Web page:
Labial palps: The paired labial palps are greatly modified from the typical filter-feeding type, appearing to function as a sorting area for material gathered by the foot rather than the ctenidia. The base of the inner and outer palp pair are widely separated. The inner pair is placed farther posteriorly, and are large and muscular with a long proboscid-like extension of the far posterior/ end. The mouth is situated at the basal mid-point of the anterior end of the inner pair of labial palps, farther posterior than is typical for mytilids. The outer pair of palps is more anterior, triangular, and muscular, but smaller than the inner pair with a shorter proboscid-like extension.

Digestive system: The stomach and direct intestine are situated on the left of the mid-line. The rectum is located on the mid-line posterior to the entry into the ventricle. The intestine leaves the posterior end of the stomach and transverse a short distance posteriorly to the left of the mid-line. The intestine/ rectum has a very short recurrent loop, which turns in a clockwise direction when viewed dorsally, just prior to turning upwards to enter the ventral aspect of the ventricle just posterior to the auricular ostia.

(Gustafson et al., 1998)

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Distribution

Known from the northern Gulf of Mexico on the Louisiana Continentail Slope from 546-737 m and from the western Gulf of Mexico at Alaminos Canyon at 2222 m (Gustafson et al., 1998).

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Physical Description

Type Information

Paratype for Bathymodiolus childressi Gustafson et al., 1998
Catalog Number: USNM 880271
Collection: Smithsonian Institution, National Museum of Natural History, Department of Invertebrate Zoology
Preparation: Dry
Locality: Louisiana Continental Slope, In Brine Pool Nr-1, Louisiana, United States, Gulf of Mexico, North Atlantic Ocean
Depth (m): 650 to 650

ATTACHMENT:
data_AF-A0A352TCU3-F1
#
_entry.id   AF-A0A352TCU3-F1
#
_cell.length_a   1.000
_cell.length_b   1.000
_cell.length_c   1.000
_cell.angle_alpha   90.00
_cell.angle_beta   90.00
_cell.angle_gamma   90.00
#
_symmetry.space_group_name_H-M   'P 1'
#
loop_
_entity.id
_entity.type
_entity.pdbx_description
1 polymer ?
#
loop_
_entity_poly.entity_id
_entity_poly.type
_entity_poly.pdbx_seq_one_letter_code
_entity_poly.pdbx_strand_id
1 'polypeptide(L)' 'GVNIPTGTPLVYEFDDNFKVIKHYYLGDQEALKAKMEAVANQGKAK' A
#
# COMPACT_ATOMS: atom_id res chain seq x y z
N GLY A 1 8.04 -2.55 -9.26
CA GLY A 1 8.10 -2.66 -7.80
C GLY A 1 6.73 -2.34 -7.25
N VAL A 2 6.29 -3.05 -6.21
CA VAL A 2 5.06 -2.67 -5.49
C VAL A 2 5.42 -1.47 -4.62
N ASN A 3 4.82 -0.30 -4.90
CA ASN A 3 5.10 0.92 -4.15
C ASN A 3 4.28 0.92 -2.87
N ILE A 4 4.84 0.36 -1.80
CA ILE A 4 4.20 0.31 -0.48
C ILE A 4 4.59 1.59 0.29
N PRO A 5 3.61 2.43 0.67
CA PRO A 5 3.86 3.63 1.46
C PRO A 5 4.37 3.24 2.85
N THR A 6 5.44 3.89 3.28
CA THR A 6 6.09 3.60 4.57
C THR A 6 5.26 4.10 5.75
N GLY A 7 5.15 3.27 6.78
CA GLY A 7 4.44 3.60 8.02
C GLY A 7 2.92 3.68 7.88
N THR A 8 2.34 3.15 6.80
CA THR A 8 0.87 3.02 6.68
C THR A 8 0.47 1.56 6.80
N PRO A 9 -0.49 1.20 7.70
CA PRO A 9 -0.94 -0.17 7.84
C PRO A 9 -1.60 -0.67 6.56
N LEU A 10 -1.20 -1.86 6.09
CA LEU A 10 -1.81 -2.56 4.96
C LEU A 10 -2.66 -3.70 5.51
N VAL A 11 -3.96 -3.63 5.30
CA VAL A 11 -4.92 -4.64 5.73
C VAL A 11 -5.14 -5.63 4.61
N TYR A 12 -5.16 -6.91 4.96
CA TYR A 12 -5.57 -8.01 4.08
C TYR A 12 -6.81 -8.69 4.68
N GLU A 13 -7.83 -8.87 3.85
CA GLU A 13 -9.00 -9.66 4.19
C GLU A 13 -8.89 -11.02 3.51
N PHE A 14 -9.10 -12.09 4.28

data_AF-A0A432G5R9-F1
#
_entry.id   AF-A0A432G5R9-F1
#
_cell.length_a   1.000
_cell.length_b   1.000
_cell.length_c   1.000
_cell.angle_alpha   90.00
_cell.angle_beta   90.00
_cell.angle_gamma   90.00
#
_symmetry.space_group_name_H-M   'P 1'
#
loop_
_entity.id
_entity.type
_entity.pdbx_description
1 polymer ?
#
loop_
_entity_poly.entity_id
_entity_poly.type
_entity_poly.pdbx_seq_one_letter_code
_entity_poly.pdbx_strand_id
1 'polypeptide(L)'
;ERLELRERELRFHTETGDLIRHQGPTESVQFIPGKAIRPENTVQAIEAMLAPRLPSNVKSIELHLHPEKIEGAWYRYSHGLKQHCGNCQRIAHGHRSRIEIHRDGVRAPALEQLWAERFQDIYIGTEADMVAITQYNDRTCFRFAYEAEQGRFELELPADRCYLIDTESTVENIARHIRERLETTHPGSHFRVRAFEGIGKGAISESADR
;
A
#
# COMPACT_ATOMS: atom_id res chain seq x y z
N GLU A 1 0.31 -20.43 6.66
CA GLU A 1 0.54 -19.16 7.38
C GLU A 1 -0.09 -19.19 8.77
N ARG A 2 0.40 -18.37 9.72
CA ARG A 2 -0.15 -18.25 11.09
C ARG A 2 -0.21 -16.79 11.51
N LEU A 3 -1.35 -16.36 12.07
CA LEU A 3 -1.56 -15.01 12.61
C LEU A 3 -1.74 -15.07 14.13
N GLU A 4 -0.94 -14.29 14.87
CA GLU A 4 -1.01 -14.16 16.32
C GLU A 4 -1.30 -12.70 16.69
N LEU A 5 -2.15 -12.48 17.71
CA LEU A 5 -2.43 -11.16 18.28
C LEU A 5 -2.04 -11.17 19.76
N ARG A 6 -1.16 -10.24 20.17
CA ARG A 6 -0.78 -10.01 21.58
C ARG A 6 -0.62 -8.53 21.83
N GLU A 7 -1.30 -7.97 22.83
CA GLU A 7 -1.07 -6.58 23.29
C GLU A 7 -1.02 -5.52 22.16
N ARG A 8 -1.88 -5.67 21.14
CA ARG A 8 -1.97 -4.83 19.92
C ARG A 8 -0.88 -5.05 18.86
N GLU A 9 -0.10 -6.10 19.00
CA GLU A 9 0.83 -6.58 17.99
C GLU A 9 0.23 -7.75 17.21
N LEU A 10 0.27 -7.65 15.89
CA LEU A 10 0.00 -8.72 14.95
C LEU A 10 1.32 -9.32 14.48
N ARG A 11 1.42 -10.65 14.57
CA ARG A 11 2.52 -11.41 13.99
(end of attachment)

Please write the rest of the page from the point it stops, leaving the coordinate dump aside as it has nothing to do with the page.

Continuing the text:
Vessel: Johnson Sea Link I DSR/V
  • Paratype: Gustafson, R. G., et al. 1998. Malacologia. 40 (1-2): 63-112, figs.11-13, 16-20.
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© Smithsonian Institution, National Museum of Natural History, Department of Invertebrate Zoology

Source: National Museum of Natural History Collections

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Paratype for Bathymodiolus childressi Gustafson et al., 1998
Catalog Number: USNM 880272
Collection: Smithsonian Institution, National Museum of Natural History, Department of Invertebrate Zoology
Preparation: Dry
Locality: Louisiana Continental Slope, Louisiana, United States, Gulf of Mexico, North Atlantic Ocean
Depth (m): 650 to 650
Vessel: Johnson Sea Link I DSR/V
  • Paratype: Gustafson, R. G., et al. 1998. Malacologia. 40 (1-2): 63-112, figs.11-13, 16-20.
Creative Commons Attribution 3.0 (CC BY 3.0)

© Smithsonian Institution, National Museum of Natural History, Department of Invertebrate Zoology

Source: National Museum of Natural History Collections

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Ecology

Habitat

Depth range based on 3 specimens in 1 taxon.
Water temperature and chemistry ranges based on 3 samples.

Environmental ranges
  Depth range (m): 650 - 2267.5
  Temperature range (°C): 4.250 - 6.299
  Nitrate (umol/L): 24.434 - 30.686
  Salinity (PPS): 34.884 - 34.979
  Oxygen (ml/l): 3.406 - 5.035
  Phosphate (umol/l): 1.485 - 1.981
  Silicate (umol/l): 20.876 - 26.227

Graphical representation

Depth range (m): 650 - 2267.5

Temperature range (°C): 4.250 - 6.299

Nitrate (umol/L): 24.434 - 30.686

Salinity (PPS): 34.884 - 34.979

Oxygen (ml/l): 3.406 - 5.035

Phosphate (umol/l): 1.485 - 1.981

Silicate (umol/l): 20.876 - 26.227
 
Note: this information has not been validated. Check this *note*. Your feedback is most welcome.

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Associations

B. childressi from both the Louisiana Continental Slope and the Alaminos Canyon contain methantrophic symbionts in their gills. Intracellular bacteria are limited to bacteriocytes within the gill filaments and have internal membranes typical of Type I methanotrophs (Gustafson et al., 1998).

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Molecular Biology and Genetics

Molecular Biology

Barcode data: Bathymodiolus aff. childressi ROL-2006

The following is a representative barcode sequence, the centroid of all available sequences for this species.


There are 16 barcode sequences available from BOLD and GenBank.

Below is a sequence of the barcode region Cytochrome oxidase subunit 1 (COI or COX1) from a member of the species.

See the BOLD taxonomy browser for more complete information about this specimen and other sequences.

TTAGCTCGTCCTGGTAGCTTTTTAGGTGAT---GACCAGCTTTATAATGTTATTGTAACTGCTCATGCATTGGTTATAATTTTTTTTATAGTTATGCCTTTGATGGTAGGCGGTTTCGGAAATTGACTACTTCCTTTAATGATAGGTTCAATTGATATAATTTTTCCTCGTTTAAATAATCTAAGGTTTTGGTTTTTGCCAGCATCTCTTTTTACTCTTTTGTTGTCTACATTTATTGAGAGAGGCGCTGGGACTGGTTGAACCTTGTACCCTCCGTTATCTTCTTACACTGGGCATAGGGGCCCAGCCGTGGACATGTCTTTATTTTCTTTACATTTAGCAGGTGCTTCTTCTATTGGTGGTTCAATTAATTTTTTGACAAGGATGAAGAATATGTCTGTTGAAAGAATGCGAGGGGAGCGGATAGTTTTATTTGTTTGATCCATGGCTGTGACAGCAGTTTTATTATTAGTTTCTTTACCTGTATTAGCAGGAGGAATCACCATGTTGATTTTTGACCGTCACTTCAAT
-- end --

Download FASTA File